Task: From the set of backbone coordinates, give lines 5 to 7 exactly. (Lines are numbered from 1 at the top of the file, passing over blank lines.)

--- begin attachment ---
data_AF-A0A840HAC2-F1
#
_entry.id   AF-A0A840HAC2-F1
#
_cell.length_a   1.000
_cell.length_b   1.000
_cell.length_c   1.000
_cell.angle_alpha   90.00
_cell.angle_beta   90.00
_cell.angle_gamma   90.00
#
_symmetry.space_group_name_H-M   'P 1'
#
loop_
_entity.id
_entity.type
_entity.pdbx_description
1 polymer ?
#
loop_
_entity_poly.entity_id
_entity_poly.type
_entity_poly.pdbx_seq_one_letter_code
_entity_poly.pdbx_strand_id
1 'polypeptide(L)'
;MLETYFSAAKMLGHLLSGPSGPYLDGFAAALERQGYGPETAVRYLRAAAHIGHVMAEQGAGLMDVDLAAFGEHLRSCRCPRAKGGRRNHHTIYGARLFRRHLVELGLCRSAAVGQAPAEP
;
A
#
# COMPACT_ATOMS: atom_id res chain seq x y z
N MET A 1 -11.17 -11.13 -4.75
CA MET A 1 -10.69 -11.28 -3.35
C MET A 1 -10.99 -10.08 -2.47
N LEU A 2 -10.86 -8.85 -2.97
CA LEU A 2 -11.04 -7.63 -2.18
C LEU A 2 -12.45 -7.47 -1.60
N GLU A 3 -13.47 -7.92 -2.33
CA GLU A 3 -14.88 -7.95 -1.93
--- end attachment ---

_cell.length_a   1.000
_cell.length_b   1.000
_cell.length_c   1.000